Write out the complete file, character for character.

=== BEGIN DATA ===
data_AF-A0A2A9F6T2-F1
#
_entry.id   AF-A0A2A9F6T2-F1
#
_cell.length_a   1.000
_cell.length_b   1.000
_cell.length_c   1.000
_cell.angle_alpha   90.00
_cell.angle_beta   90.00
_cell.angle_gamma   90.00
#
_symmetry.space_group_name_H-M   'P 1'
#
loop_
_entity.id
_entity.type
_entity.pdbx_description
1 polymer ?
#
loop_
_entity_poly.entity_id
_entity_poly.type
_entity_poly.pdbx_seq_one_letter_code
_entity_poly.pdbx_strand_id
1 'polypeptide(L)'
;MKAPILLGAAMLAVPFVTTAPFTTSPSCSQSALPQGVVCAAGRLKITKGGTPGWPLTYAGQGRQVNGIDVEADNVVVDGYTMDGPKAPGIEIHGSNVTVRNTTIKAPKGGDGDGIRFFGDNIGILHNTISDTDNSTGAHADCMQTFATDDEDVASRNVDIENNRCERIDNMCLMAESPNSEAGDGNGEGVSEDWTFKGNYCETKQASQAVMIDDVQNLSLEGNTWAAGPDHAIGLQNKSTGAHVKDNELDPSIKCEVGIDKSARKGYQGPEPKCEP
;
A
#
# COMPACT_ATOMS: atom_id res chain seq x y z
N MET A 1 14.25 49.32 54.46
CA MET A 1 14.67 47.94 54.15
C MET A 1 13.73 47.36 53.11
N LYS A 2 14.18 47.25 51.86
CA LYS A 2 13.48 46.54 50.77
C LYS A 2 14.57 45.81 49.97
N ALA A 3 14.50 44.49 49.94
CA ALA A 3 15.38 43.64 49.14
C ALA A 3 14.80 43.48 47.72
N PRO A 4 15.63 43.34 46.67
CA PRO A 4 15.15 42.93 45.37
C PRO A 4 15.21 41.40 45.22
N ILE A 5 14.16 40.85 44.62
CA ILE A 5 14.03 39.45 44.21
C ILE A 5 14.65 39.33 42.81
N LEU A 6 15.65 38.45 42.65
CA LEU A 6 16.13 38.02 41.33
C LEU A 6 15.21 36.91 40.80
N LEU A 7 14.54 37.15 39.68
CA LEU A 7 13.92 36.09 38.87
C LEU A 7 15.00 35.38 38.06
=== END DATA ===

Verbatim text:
data_AF-A0A2A9F6T2-F1
#
_entry.id   AF-A0A2A9F6T2-F1
#
_cell.length_a   1.000
_cell.length_b   1.000
_cell.length_c   1.000
_cell.angle_alpha   90.00
_cell.angle_beta   90.00
_cell.angle_gamma   90.00
#
_symmetry.space_group_name_H-M   'P 1'
#
loop_
_entity.id
_entity.type
_entity.pdbx_description
1 polymer ?
#
loop_
_entity_poly.entity_id
_entity_poly.type
_entity_poly.pdbx_seq_one_letter_code
_entity_poly.pdbx_strand_id
1 'polypeptide(L)'
;MKAPILLGAAMLAVPFVTTAPFTTSPSCSQSALPQGVVCAAGRLKITKGGTPGWPLTYAGQGRQVNGIDVEADNVVVDGYTMDGPKAPGIEIHGSNVTVRNTTIKAPKGGDGDGIRFFGDNIGILHNTISDTDNSTGAHADCMQTFATDDEDVASRNVDIENNRCERIDNMCLMAESPNSEAGDGNGEGVSEDWTFKGNYCETKQASQAVMIDDVQNLSLEGNTWAAGPDHAIGLQNKSTGAHVKDNELDPSIKCEVGIDKSARKGYQGPEPKCEP
;
A
#
# COMPACT_ATOMS: atom_id res chain seq x y z
N MET A 1 14.25 49.32 54.46
CA MET A 1 14.67 47.94 54.15
C MET A 1 13.73 47.36 53.11
N LYS A 2 14.18 47.25 51.86
CA LYS A 2 13.48 46.54 50.77
C LYS A 2 14.57 45.81 49.97
N ALA A 3 14.50 44.49 49.94
CA ALA A 3 15.38 43.64 49.14
C ALA A 3 14.80 43.48 47.72
N PRO A 4 15.63 43.34 46.67
CA PRO A 4 15.15 42.93 45.37
C PRO A 4 15.21 41.40 45.22
N ILE A 5 14.16 40.85 44.62
CA ILE A 5 14.03 39.45 44.21
C ILE A 5 14.65 39.33 42.81
N LEU A 6 15.65 38.45 42.65
CA LEU A 6 16.13 38.02 41.33
C LEU A 6 15.21 36.91 40.80
N LEU A 7 14.54 37.15 39.68
CA LEU A 7 13.92 36.09 38.87
C LEU A 7 15.00 35.38 38.06